Clawson, meanwhile, took over at Bowling Green in 2009 and went 7-6 with a trip to the Humanitarian Bowl his first season. Campaigns of 2-10 and 5-7 followed before the Falcons went 8-4 this year - their first eight-win season since 2007 - and their coach is eager for this trip to RFK Stadium.

"We really hope all of Falcon nation, as many people as possible will come out and support us and hopefully make it a home-field advantage for us," Clawson said. "It's a much easier trip from Bowling Green, Ohio, than San Jose, California."

Although this will be a longer journey for San Jose State, it visited Washington earlier this season and beat Navy 12-0 on Sept. 29. The Spartans actually went through some of their plays on the National Mall.

Both teams feature the respective defensive players of the year in their conferences.

San Jose State lineman Travis Johnson earned the honor in the WAC after finishing with 12 sacks and leading the conference with 19 tackles for loss.

The 19 tackles for loss is the same total recorded by Bowling Green tackle Chris Jones, the Mid-American Conference player of the year. Jones finished third in the nation with 12 1/2 sacks for a defense ranked seventh nationally, allowing 289.7 yards per game.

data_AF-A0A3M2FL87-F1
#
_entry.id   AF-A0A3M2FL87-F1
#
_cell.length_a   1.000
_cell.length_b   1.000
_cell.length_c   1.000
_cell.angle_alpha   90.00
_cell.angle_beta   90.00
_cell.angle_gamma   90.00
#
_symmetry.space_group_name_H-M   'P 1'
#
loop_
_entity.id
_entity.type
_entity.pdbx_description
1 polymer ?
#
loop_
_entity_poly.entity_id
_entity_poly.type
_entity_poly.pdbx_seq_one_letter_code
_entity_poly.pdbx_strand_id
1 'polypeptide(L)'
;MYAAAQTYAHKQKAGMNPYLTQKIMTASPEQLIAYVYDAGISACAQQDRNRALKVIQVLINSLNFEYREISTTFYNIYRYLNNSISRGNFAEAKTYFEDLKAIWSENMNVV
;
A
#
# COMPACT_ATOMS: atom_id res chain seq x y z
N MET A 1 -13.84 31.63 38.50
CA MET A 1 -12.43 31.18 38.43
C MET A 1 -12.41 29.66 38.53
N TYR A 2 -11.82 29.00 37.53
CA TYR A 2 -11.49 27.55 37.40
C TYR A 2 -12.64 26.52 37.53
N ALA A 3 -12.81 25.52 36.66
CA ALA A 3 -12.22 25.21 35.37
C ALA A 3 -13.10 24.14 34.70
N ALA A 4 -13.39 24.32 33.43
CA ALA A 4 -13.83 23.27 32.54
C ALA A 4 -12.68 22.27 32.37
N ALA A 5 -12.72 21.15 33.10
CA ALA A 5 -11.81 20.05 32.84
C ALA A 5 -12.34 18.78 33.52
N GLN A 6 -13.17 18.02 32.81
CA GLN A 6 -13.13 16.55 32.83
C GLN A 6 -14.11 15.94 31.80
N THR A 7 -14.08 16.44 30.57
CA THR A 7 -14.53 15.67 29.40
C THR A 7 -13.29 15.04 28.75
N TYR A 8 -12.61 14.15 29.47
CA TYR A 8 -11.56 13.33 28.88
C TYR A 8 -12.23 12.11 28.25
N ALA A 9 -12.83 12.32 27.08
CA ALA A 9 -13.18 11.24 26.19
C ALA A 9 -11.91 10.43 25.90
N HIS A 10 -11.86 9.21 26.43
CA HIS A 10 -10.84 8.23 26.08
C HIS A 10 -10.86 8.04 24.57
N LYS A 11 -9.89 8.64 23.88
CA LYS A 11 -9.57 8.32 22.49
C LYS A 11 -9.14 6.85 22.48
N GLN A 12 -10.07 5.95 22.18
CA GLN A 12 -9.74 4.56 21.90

Jones is the third Falcon to earn the honor, joining Vince Palko in 1993 and a name familiar to Bay Area football fans - former Oakland Raiders great Phil Villapiano - in 1970.

Bowling Green's defense was the top-ranked unit in the MAC. Linebackers Gabe Martin (69 tackles), Dwayne Woods (60) and Paul Swan (60) are other linchpins for the Falcons.

Woods is the only linebacker among that group who will be playing his final game.

"I've struggled this season with a back injury, ankle injury," Woods said. "It finally feels good to really be healthy and just really push through everything."